Dillon Beach, California. Day 23 of My Month of Hundreds.

The day is socked in with fog, and the sky and water come together at the horizon in a gray blur. My friend Neysa’s grandfather and uncles built this amazing house in the 1960’s and the family uses it for weekend and vacation getaways. She spent much of her childhood here, playing on the beach with her sister and cousins. I always craved more family time than I had, and it sounds idyllic.

We wanted to go for a walk, despite the gray sky. There were a lot of people on the beach and even in the water – folks with their dogs, kids in shorts, and surfers with their boards bobbing into view in the distance. When we got outside we realized it was raining hard. The wind was whipping the rain into our faces and our glasses were soon shedding drops onto our cheeks. Neysa decided to take hers off and made her way blindly along the sand. “Is that a dog?” she asked at one point.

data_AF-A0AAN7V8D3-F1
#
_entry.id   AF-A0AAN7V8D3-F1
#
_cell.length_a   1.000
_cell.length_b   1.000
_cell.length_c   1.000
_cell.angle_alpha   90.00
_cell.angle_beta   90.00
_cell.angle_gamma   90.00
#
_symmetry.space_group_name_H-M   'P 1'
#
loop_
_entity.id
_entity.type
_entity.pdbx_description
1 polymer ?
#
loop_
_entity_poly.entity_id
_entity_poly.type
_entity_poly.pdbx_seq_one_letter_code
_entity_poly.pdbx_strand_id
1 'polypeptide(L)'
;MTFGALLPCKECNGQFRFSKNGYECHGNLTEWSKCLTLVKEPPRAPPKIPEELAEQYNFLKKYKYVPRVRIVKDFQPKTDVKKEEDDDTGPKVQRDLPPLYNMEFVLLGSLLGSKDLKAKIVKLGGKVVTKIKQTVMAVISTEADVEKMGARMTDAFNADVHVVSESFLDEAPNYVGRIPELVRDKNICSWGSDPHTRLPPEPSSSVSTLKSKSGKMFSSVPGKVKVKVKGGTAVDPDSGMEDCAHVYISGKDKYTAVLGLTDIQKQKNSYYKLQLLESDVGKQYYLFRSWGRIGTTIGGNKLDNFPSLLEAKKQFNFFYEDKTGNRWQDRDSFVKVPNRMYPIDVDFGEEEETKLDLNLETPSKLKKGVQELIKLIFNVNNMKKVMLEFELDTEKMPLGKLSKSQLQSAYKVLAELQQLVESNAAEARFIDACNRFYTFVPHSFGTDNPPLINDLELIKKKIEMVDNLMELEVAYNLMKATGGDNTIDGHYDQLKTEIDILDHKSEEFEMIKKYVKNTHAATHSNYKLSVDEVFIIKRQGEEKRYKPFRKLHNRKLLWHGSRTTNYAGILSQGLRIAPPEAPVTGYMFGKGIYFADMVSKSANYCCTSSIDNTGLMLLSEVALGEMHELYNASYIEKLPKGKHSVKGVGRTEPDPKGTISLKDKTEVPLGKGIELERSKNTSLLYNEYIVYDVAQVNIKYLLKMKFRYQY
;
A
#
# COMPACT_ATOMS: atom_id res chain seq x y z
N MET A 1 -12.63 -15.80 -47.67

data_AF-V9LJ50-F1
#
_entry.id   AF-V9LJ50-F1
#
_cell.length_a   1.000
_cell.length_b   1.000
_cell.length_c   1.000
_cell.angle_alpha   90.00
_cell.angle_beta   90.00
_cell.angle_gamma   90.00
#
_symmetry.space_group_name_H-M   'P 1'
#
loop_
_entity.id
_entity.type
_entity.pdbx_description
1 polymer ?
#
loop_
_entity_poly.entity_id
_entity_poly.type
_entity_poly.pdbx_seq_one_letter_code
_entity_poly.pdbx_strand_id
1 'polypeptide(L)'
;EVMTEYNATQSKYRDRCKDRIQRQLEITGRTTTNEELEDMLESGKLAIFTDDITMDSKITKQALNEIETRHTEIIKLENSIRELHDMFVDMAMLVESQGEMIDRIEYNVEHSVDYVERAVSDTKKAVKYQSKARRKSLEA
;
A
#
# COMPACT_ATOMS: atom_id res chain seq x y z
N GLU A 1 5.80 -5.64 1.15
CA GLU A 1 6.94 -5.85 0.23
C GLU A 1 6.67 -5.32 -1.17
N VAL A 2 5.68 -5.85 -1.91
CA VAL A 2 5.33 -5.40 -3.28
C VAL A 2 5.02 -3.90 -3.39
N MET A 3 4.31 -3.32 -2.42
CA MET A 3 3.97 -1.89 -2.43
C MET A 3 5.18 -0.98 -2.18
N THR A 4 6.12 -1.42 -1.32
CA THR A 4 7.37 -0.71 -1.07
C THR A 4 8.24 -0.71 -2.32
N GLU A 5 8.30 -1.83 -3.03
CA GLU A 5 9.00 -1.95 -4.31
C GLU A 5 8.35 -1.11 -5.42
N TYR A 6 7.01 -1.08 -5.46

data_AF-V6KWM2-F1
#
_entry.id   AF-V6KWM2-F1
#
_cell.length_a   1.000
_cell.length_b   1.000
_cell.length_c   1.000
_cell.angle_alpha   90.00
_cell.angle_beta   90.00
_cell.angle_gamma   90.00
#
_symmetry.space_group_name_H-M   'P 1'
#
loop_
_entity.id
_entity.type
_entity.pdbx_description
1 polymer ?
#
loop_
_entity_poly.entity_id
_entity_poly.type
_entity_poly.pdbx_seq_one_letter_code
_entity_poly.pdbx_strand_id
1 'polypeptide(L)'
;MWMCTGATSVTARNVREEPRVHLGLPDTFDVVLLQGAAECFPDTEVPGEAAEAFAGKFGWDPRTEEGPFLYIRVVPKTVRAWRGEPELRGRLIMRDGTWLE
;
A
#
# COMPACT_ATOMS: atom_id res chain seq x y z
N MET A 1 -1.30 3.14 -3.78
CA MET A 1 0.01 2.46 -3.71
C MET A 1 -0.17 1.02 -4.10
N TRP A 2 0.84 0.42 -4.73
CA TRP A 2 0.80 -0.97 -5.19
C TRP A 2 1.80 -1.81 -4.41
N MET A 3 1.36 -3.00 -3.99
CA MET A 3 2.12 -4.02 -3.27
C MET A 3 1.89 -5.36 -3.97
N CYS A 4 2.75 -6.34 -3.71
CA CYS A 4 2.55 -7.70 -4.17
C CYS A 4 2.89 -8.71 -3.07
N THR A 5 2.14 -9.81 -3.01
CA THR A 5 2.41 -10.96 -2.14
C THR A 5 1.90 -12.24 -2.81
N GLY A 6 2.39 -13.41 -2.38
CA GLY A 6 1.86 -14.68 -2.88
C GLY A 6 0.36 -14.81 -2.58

We were quickly completely drenched. As my pants got wetter they got heavier and heavier, and I kept having to hitch them up out of the sand. We thought of turning back a couple of times but Neysa had a destination in mind. She’s twenty years my junior and I was determined to keep up.

By the time we got to the boat launch the beach was pretty deserted except for a few stoic individuals fishing from the landing. We ducked into the bait shop to warm up for a few minutes.  I had the C-note in my pocket and checked to make sure it hadn’t gotten soaked.

Fishing at Lawson’s Landing

A couple walked by with their dog. They all looked a bit bedraggled, which is I’m sure how I looked as well. I got curious and decided to see where they were headed. Neysa grabbed the camera and I dashed outside, following them into the trailer park.

Hot on the trail

When I had almost caught up with them I called out, “Excuse me!” The wind was wailing and I had to yell louder. They turned, startled, and let me catch up. “Nice day, isn’t it?” I asked. “I love it!” said the woman. We drove out here just to be in the weather. I just love when it’s like this.” They had come from Sacramento, about 100 miles away, to walk on the beach in the rain.